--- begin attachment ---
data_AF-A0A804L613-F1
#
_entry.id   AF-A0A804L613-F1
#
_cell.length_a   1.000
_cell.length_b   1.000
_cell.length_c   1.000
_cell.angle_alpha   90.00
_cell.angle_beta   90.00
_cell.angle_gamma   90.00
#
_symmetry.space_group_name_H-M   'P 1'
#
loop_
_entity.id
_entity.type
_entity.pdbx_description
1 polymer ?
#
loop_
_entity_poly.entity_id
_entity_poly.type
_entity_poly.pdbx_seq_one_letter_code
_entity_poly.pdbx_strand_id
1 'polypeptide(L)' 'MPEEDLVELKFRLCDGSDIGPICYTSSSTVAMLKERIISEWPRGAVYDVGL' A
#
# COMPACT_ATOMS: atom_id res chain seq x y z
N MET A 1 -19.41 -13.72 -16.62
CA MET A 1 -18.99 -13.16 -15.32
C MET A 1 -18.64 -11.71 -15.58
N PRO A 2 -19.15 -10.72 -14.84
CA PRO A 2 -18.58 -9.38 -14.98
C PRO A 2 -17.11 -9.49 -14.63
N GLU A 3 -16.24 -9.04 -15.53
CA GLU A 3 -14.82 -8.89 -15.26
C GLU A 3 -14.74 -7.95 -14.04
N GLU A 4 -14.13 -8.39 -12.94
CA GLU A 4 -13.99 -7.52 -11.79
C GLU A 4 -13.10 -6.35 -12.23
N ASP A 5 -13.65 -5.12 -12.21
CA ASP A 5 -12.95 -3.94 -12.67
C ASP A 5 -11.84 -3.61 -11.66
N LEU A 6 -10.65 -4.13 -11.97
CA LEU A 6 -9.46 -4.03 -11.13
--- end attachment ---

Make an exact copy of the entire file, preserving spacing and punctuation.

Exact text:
data_AF-A0A804L613-F1
#
_entry.id   AF-A0A804L613-F1
#
_cell.length_a   1.000
_cell.length_b   1.000
_cell.length_c   1.000
_cell.angle_alpha   90.00
_cell.angle_beta   90.00
_cell.angle_gamma   90.00
#
_symmetry.space_group_name_H-M   'P 1'
#
loop_
_entity.id
_entity.type
_entity.pdbx_description
1 polymer ?
#
loop_
_entity_poly.entity_id
_entity_poly.type
_entity_poly.pdbx_seq_one_letter_code
_entity_poly.pdbx_strand_id
1 'polypeptide(L)' 'MPEEDLVELKFRLCDGSDIGPICYTSSSTVAMLKERIISEWPRGAVYDVGL' A
#
# COMPACT_ATOMS: atom_id res chain seq x y z
N MET A 1 -19.41 -13.72 -16.62
CA MET A 1 -18.99 -13.16 -15.32
C MET A 1 -18.64 -11.71 -15.58
N PRO A 2 -19.15 -10.72 -14.84
CA PRO A 2 -18.58 -9.38 -14.98
C PRO A 2 -17.11 -9.49 -14.63
N GLU A 3 -16.24 -9.04 -15.53
CA GLU A 3 -14.82 -8.89 -15.26
C GLU A 3 -14.74 -7.95 -14.04
N GLU A 4 -14.13 -8.39 -12.94
CA GLU A 4 -13.99 -7.52 -11.79
C GLU A 4 -13.10 -6.35 -12.23
N ASP A 5 -13.65 -5.12 -12.21
CA ASP A 5 -12.95 -3.94 -12.67
C ASP A 5 -11.84 -3.61 -11.66
N LEU A 6 -10.65 -4.13 -11.97
CA LEU A 6 -9.46 -4.03 -11.13